Sorry the web address is http://blog.civil3dreminders.com/2009/02/calculate-slope-of-tin-triangle.html. As noted page 31 and 35 of the PDF are the main ones of interest.
|#18 2011-10-14 07:04|
|#19 2011-10-14 11:23|
John, you can give a look at my DTM app here : http://www.delicad.com/anglais/flashmnt.php
It has slope analysis and other tools you might like.
|#20 2011-10-28 14:53|
It is frustrating finding a good civil package that seemlessly works with Bricscad. We are now too heavily invested in Bricscad to be making a switch to something else, but our civil department is clamoring for more efficient tools. We are currently at V9, and been reluctant to upgrade due to bad experience from v6 to v8(just a beta of v9), but v9 is so quirky and has too many bugs. We will be updgrading to v12 in the next few days in hopes it fixes a lot of v9's problems, but the powers that be do not want split versions in house, and CivilCAD will only work with v9 or v6, so they do not want to pursue CivilCAD. They really want Carlson, but, alas, no support for Bricscad.
|#21 2011-10-28 21:03|
We use 12d - www.12d.com and Bricscad
This is excellent civil design software and we use it to design roads, stormwater, dams etc. It does not work within AutoCAD or Bricscad but is able to write out to CAD files which are then externally referenced into CAD for touch over, title block etc.
|#22 2011-10-28 22:40|
Steven have you asked the CivilCad developers where their future lie?
Are they going to make a Ver 12 compatible one.
I know 12D is a solid program and for me was an obvious choice being they were local and at the time were amongst the few that worked in Aussie ways and nomencalture.
What put me off was the price of the modules and I went elsewhere.
|#23 2011-10-28 23:51|
I am virtually a 1-man band and I purchased 12d and have paid it off many times over in work produced. 12d has opened doors for me to many projects large and small and contracts with companies large and small. Solid product well supported. As is Bricscad of course!
|#24 2011-10-31 13:17|
The last time I spoke with the folks at Sivian about CivilCAD, they told me that some of the changes that were made to the CAD engine for v12 made it too big a task to pursue making a version that would be compatible with v12, and that the Bricscad developers would hev to address some of the issue and fix them before they would undertake development.
I had a much more positive conversation with Carlson the other day about the possibility of a v12 or any Bricscad version for that matter. It seems that they may be contemplating such an endeavor. More people should enquire about this to help bump them in that direction.
I will check out 12d today to see if it might fit our needs, thank you.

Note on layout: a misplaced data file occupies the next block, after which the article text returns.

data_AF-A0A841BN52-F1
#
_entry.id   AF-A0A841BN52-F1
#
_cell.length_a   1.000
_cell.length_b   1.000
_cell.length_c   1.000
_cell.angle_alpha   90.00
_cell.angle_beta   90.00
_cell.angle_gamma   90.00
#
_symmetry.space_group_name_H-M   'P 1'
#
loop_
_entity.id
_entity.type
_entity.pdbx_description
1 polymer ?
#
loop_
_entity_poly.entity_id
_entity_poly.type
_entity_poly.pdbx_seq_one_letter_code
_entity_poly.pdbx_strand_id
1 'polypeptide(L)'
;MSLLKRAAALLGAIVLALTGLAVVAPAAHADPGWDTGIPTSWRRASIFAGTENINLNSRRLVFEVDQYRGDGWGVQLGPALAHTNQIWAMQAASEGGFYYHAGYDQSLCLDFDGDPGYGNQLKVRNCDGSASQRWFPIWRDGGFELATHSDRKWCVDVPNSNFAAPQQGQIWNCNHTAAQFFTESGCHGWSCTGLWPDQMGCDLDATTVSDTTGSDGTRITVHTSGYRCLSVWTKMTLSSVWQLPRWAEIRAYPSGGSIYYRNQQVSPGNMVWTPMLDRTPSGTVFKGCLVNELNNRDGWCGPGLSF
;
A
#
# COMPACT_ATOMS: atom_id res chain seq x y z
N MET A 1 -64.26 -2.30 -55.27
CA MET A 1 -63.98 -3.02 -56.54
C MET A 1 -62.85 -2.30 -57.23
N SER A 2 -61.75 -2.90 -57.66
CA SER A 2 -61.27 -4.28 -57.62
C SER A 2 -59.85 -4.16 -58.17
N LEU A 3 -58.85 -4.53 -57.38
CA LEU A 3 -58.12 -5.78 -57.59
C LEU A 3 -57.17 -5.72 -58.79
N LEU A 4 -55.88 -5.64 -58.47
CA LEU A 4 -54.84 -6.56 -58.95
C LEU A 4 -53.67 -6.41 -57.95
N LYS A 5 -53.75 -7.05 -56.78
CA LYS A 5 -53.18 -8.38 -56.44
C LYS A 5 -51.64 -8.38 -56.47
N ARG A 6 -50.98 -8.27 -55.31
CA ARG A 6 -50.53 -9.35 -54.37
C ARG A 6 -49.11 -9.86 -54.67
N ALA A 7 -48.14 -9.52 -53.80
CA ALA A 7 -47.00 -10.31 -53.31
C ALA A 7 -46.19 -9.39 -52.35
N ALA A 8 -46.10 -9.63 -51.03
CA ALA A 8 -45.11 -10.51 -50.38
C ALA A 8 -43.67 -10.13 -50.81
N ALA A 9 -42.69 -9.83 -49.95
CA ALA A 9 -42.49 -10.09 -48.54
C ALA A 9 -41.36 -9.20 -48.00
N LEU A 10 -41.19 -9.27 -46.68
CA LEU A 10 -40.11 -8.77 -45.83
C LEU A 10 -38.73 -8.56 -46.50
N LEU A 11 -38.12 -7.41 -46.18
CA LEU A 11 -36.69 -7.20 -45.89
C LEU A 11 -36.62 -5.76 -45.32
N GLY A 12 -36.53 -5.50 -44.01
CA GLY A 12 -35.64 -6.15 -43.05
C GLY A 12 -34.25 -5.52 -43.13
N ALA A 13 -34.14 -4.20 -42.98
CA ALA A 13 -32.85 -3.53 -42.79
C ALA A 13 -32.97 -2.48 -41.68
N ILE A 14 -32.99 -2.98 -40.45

|#25 2011-11-01 14:54|
Some good news. The GT_SLOPEDISPLAY command in GeoTools (to color-code TIN faces based on solpes) is nearing completion and I hope to release it in the coming days.
|#26 2011-11-14 19:36|
I use Carlson Software. www.carlson-sw.com and though they do not operate in bricscad you can use their version of Intellicad. I find that their software is the most user friendly and intuitive of any of the packages on the market and they have added routines to their software that just makes civil work easier to get done.
|#27 2011-11-15 01:00|
This Message is for John Kennedy,
I John you are using Global Mapper. Here is a way to export the Info you are using in global mapper into a vector format that you can then use with BricsCAD without hand tracing:
If you just want contours from the slopes, you can do this automatically in Global Mapper. Just load your terrain, then use File->Export Elevation Data to export to a Float/Grid data file and check the option to save slope values rather than elevations. Then, load that new slope grid file back in and use File->Generate contours to generate contour lines from it, then use File->Export Vector to export those contours to a file for CAD (like DXF).
Try that and see if that doesn't shave tons of labor off of your routine!
|#28 2011-11-15 13:27|
I use both LandFX (with BricCAD) and Carlson Survey. The problem is using Carlson Survey over Intellicad 7. Using 2 seperate CAD engines is a pain. I would much prefer using them both under BricsCAD. Having my survey tools and my Landscape Design Tools all available in one CAD engine is a much better way to operate. And though I could accomplish this by using AutoCAD, I would then have to put up with the likes of Autodesk and that I will try to avoid at ALL costs!
|#29 2011-11-16 03:23|
Earlier in this thread, a little more than a month back, we discussed about the need to have a color-coded slope map in CAD. I promised to create one such command in our GeoTools addon for Bricscad. I am pleased to announce that this has been done today and the latest release 12.19 of GeoTools has a GT_SLOPEDISPLAY command under the Civil Tools section which will allow you to classify TIN 3dfaces of 3dpolyline triangles into different colors based on slopes expressed in percentages. Thank you, Daniel Eiszele for pointing me to the correct formulae. I have used that link you gave me and the slopes are based on the same formula.